We use cookies to allow us and selected partners to improve your experience and our advertising. By continuing to browse you consent to our use of cookies as per our policy which also explains how to change your preferences.

The buy-to-let rules that could cost landlords thousands

The expensive mistakes that hit property investors in the pocket in 2018

New tax burden for landlords

Being a landlord is already an expensive business, but it costs a great deal more if you break the rules. So how can you ensure you stay on the right side of the law? 

In 2018, buy-to-let investors across the country were slapped with fines of thousands – and in one case millions – of pounds for breaching licensing, tenant safety and planning regulations.

Here, we explain some of the main areas where landlords trip up, and offer advice on how to avoid legal pitfalls.

  • If you’re thinking of purchasing a property as a buy-to-let investment, you can get impartial advice on finding the right mortgage by calling Which? Mortgage Advisers on 0800 197 8461.

1. HMO licensing

Landlords letting out Houses in Multiple Occupation (HMOs) and managing agents working on their behalf have received significant fines in 2018.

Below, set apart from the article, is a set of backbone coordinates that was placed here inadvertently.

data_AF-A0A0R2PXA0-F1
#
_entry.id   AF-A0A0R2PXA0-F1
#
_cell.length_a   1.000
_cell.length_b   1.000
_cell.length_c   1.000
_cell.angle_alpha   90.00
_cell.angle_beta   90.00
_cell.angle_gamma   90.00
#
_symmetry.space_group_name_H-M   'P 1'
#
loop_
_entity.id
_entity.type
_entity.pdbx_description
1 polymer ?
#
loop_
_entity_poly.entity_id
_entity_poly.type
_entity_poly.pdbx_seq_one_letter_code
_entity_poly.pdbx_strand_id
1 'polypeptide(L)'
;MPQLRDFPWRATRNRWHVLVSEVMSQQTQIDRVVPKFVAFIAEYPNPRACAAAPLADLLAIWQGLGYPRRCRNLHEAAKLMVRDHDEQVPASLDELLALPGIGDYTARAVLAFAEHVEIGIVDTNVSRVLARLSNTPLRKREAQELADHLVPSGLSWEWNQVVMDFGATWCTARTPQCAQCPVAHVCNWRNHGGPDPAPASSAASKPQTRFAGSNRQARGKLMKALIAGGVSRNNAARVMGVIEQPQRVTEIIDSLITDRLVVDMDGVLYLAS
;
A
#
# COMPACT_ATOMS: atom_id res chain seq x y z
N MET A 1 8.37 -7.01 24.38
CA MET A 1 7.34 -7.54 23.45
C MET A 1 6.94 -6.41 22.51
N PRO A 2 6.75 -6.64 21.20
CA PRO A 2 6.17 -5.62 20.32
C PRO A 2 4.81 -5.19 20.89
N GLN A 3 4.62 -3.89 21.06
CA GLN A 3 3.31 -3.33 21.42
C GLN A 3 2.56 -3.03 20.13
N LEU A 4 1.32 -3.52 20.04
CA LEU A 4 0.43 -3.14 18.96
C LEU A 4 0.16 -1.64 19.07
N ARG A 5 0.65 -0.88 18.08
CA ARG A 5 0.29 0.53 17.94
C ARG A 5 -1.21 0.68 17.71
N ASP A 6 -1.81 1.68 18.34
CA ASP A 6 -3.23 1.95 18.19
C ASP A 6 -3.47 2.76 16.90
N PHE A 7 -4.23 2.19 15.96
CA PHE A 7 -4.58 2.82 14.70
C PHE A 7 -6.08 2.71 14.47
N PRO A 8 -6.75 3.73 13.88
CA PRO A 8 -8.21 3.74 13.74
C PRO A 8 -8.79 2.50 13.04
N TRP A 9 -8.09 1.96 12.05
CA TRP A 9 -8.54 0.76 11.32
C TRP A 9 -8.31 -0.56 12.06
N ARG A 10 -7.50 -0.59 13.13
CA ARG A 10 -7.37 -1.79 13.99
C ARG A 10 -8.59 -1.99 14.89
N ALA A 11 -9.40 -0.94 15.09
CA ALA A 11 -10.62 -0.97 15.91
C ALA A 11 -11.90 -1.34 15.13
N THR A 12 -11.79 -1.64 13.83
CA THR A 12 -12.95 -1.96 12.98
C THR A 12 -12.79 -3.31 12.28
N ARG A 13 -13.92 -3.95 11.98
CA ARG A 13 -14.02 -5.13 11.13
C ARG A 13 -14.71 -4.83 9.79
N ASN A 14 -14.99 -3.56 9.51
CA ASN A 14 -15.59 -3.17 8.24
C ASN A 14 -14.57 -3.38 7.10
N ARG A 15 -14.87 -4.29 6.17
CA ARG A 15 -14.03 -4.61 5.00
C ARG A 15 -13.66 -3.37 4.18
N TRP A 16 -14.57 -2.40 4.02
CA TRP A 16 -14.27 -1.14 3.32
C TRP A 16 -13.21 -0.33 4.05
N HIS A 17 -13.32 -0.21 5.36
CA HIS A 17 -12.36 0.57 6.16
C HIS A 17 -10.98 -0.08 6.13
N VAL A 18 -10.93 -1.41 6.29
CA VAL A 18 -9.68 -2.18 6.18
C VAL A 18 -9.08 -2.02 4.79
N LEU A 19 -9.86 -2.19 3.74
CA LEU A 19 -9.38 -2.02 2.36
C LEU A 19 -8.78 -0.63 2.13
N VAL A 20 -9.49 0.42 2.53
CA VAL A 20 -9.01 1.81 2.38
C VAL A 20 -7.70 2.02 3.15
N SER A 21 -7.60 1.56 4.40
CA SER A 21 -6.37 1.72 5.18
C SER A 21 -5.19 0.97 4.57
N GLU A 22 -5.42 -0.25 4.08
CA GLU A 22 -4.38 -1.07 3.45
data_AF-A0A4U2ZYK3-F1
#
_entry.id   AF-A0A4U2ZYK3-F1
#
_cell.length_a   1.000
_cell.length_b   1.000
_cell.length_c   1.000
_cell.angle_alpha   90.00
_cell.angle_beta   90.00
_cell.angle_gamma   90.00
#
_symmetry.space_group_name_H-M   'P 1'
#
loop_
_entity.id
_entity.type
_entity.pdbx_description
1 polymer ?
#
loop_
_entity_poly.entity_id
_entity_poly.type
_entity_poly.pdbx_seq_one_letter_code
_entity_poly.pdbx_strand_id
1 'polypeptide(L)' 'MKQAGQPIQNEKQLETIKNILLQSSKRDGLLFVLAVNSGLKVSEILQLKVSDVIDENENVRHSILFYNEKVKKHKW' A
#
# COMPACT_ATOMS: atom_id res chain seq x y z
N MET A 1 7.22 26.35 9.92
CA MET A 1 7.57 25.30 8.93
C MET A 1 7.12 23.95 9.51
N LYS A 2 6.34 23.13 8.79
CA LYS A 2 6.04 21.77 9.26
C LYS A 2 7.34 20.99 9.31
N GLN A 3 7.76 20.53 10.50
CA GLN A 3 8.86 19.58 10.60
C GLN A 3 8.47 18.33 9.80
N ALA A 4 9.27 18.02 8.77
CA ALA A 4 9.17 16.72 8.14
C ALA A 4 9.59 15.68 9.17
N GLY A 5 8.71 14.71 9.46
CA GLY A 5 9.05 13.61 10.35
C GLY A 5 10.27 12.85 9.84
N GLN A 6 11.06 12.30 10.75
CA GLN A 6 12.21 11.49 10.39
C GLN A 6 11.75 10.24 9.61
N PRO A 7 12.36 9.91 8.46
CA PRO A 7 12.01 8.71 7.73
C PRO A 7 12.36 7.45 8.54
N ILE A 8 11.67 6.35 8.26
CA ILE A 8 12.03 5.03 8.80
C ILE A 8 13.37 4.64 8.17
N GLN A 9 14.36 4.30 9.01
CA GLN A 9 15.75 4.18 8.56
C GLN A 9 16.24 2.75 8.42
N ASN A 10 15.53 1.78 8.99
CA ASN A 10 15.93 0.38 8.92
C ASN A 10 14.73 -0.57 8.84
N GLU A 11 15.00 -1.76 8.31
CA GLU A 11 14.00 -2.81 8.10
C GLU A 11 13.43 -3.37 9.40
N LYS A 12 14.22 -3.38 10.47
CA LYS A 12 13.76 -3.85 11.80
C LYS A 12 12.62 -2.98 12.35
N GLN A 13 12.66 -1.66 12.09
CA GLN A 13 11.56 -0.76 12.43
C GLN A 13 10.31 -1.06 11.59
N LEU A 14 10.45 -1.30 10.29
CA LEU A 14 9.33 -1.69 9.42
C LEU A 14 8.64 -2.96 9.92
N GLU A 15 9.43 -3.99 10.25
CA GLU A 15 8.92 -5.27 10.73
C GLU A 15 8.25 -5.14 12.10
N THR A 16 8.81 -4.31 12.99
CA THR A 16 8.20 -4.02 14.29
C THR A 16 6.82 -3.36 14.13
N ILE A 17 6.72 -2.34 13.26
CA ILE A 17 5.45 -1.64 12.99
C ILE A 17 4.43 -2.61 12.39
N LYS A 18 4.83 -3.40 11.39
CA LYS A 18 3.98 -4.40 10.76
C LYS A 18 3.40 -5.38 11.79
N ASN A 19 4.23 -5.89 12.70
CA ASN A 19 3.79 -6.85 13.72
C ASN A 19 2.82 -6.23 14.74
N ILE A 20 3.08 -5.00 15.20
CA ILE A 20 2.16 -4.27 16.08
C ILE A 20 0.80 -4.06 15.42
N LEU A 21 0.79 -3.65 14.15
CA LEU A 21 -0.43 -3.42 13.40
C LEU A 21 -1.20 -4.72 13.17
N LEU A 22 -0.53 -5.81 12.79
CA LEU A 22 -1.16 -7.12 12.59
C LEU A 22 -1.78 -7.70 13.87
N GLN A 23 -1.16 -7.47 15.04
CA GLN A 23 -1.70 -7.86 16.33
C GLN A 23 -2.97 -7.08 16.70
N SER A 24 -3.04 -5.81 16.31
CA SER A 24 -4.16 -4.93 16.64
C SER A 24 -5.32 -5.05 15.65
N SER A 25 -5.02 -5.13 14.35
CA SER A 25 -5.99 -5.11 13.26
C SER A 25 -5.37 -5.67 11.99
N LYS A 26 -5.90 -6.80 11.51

Agents in Hampstead were charged a whopping £60,000 for operating a dangerous unlicensed HMO, while individual landlords in Essex and Grimsby were fined £2,500 and £1,380, respectively, for letting HMOs without licences.

How to avoid a fine

Earlier this year, HMO licensing rules were changed, meaning thousands more landlords now need a permit for their rented properties.

If you’re letting out a home to five or more people from more than one household, you’ll now be considered to be operating a ‘large HMO’, for which you’ll need to apply for a permit.

Some councils also operate their own additional licensing schemes that go above and beyond standard HMO rules. Find out whether a scheme is in operation in your area by using the interactive map below (correct as of August this year).

2. Selective licensing

Selective licensing schemes – where individual councils require landlords to apply for permits – have been rolled out in dozens of areas over the last couple of years.

Fines for those who flout the rules vary depending on the severity of the offence, and vary from council to council.

In January, landlords in Scarborough faced fixed fines of £100 each for filing their applications too late. Meanwhile, in October, a landlord in Durham was fined £450 for two breaches of selective licensing – failing to notify the council of a change of tenant and failing to produce tenant references.

How to avoid a fine

Around 40 councils in England operate selective licensing schemes, and many more are consulting on whether to bring one in.